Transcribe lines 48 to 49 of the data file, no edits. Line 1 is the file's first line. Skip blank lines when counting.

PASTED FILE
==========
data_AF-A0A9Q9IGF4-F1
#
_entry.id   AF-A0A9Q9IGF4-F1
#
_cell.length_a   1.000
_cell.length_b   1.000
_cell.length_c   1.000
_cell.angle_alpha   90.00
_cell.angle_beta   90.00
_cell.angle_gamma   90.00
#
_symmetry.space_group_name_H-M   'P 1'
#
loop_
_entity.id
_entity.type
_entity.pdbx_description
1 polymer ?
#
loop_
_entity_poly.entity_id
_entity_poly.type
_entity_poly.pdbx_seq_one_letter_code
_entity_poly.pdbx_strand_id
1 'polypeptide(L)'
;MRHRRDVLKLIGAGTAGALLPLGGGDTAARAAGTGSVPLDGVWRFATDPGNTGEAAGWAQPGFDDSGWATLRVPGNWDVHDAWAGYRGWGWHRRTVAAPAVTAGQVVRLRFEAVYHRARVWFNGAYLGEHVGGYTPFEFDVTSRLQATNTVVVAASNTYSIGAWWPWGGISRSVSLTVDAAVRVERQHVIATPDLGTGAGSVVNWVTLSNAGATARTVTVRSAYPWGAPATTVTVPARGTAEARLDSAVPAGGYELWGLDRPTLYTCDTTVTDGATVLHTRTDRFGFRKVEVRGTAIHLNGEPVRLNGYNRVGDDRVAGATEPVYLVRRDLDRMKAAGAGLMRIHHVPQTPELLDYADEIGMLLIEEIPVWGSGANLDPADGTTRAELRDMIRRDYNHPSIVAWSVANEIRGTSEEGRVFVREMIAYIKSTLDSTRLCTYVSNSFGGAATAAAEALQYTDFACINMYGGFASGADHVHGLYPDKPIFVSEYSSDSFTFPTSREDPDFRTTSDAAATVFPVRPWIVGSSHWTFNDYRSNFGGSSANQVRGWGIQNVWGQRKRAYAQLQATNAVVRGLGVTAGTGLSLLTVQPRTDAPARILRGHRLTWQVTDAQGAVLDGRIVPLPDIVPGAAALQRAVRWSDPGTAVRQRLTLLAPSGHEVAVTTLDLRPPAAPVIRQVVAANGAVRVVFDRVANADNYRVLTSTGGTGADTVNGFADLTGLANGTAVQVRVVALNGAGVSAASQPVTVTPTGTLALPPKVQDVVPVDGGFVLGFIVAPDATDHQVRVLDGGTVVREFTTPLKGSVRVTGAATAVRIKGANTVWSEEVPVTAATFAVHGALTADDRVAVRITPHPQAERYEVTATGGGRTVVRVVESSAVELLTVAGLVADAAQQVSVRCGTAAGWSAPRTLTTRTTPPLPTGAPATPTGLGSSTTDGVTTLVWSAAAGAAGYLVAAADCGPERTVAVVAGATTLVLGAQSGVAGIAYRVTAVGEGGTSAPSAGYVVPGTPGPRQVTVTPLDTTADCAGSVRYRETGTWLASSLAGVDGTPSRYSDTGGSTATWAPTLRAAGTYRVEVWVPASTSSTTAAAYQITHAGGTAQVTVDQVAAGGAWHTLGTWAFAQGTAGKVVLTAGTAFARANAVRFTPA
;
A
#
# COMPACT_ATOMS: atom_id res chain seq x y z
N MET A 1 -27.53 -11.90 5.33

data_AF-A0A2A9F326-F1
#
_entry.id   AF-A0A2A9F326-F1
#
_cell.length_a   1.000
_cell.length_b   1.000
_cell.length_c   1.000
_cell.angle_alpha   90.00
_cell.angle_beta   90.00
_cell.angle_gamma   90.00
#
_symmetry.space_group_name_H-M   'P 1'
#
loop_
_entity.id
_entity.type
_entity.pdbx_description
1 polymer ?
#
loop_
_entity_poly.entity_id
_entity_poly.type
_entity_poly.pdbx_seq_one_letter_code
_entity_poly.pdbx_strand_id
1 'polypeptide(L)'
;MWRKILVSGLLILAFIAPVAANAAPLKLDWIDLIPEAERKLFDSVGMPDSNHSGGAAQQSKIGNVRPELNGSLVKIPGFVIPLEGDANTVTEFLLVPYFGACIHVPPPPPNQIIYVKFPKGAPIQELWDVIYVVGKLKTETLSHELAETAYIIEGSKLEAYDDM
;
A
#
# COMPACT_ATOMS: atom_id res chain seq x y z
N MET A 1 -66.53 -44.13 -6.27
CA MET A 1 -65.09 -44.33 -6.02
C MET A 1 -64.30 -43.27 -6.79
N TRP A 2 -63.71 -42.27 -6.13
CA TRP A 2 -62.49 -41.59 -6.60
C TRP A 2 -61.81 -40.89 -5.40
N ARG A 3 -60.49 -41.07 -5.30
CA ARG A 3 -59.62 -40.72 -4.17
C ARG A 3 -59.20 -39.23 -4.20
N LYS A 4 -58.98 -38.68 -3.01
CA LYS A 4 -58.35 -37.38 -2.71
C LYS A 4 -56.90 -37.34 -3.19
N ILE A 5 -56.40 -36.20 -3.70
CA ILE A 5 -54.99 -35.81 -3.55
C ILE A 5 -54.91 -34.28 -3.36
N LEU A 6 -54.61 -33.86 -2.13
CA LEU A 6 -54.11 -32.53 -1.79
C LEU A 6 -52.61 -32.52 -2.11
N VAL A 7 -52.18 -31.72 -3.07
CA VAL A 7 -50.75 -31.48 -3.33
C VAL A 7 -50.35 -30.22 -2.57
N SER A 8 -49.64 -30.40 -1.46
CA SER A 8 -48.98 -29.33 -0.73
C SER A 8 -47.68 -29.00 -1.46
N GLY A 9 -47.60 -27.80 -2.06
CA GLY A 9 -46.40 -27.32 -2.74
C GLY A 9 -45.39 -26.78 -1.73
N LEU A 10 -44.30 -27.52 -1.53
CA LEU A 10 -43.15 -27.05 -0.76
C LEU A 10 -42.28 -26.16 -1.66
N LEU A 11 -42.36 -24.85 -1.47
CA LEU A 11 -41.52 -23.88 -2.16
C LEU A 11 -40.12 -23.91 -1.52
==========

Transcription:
_entity.pdbx_description
1 polymer ?